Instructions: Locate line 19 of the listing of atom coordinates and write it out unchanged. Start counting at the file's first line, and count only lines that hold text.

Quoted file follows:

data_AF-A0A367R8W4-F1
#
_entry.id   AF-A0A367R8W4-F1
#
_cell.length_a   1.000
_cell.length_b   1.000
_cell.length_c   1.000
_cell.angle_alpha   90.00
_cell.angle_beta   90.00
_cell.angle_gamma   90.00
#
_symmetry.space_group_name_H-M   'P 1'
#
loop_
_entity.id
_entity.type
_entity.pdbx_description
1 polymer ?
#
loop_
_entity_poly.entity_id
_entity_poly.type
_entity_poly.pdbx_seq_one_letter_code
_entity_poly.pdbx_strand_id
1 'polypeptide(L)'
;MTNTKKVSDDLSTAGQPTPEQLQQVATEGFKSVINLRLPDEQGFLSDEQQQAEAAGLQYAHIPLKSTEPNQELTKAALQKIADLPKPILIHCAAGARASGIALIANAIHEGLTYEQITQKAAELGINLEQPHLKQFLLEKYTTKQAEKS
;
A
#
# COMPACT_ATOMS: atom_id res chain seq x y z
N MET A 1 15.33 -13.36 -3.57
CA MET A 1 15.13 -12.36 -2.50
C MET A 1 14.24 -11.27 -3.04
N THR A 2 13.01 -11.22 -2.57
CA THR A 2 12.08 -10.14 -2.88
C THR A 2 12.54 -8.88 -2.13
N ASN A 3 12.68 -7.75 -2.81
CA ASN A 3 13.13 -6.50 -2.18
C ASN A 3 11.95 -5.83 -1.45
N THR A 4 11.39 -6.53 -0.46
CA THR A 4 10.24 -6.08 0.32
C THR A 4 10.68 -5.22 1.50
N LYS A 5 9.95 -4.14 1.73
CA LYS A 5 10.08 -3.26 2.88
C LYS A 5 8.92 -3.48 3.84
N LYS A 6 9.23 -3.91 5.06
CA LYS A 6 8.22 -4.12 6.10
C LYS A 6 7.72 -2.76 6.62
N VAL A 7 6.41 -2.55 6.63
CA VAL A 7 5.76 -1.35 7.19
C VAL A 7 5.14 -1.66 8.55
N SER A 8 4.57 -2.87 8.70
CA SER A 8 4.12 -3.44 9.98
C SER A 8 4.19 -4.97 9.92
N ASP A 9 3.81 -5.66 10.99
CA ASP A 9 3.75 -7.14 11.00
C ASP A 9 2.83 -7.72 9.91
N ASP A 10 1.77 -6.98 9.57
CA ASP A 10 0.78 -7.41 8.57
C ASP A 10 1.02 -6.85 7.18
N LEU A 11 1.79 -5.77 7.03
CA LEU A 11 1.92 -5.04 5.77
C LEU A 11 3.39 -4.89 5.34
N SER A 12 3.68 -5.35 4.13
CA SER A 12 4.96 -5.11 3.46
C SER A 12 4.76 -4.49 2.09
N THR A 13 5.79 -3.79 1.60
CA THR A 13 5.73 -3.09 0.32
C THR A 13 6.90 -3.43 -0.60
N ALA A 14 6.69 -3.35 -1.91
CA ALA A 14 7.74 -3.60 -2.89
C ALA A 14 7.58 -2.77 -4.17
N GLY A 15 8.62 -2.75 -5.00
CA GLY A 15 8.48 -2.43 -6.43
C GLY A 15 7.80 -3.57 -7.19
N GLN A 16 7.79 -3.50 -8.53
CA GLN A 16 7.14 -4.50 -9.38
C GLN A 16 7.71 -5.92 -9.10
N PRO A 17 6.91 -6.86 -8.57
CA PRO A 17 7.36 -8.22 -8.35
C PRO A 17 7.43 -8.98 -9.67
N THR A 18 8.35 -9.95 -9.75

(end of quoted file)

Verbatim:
#